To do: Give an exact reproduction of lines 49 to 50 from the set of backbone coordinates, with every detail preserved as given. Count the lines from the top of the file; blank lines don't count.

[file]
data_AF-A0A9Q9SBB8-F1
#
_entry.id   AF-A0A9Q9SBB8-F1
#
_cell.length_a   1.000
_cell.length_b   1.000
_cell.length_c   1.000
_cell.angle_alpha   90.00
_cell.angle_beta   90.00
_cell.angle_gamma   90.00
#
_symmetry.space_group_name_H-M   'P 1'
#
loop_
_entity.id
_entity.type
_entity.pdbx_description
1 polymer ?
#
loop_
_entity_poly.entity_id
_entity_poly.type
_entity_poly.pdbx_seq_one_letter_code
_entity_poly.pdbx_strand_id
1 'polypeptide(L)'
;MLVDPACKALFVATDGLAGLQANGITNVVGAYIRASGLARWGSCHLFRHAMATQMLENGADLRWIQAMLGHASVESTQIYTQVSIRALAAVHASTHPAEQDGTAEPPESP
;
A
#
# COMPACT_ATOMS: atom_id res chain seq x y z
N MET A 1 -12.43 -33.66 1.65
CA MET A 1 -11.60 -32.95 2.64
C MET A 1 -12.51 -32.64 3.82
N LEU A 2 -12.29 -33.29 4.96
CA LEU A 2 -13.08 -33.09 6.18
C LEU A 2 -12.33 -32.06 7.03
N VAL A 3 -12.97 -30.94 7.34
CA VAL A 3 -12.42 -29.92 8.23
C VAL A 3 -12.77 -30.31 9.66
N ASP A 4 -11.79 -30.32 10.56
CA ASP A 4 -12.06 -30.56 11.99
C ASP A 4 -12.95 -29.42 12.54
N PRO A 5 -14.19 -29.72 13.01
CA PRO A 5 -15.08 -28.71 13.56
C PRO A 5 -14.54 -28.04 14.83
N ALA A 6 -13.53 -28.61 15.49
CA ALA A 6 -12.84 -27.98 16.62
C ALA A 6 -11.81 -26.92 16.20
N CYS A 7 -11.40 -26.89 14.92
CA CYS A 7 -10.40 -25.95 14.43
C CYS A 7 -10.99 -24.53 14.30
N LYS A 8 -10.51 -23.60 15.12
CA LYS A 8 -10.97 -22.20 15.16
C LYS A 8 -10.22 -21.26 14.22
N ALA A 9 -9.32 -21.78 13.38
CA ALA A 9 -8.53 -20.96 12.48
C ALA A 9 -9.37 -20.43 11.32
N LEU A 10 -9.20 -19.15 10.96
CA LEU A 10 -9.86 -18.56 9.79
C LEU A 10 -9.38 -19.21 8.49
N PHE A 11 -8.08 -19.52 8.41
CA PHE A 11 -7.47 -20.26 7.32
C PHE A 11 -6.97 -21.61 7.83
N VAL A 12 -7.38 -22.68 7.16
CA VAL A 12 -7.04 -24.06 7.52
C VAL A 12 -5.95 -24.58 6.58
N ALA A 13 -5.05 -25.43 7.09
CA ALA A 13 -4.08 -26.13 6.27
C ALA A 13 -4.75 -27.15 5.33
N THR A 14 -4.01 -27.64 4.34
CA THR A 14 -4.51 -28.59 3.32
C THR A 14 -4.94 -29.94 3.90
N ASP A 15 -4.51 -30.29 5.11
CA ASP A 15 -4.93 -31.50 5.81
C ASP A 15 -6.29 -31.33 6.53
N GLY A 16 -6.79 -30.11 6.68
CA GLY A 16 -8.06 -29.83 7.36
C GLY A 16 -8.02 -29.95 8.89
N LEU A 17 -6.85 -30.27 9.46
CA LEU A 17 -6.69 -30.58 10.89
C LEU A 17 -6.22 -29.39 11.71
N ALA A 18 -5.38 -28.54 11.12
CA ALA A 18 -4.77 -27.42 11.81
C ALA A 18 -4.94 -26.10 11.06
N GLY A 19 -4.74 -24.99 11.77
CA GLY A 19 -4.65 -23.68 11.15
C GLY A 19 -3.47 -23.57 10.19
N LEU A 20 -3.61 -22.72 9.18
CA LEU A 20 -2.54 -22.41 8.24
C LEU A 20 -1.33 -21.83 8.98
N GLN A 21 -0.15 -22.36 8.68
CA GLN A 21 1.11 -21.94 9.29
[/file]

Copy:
N CYS A 7 -11.40 -26.89 14.92
CA CYS A 7 -10.40 -25.95 14.43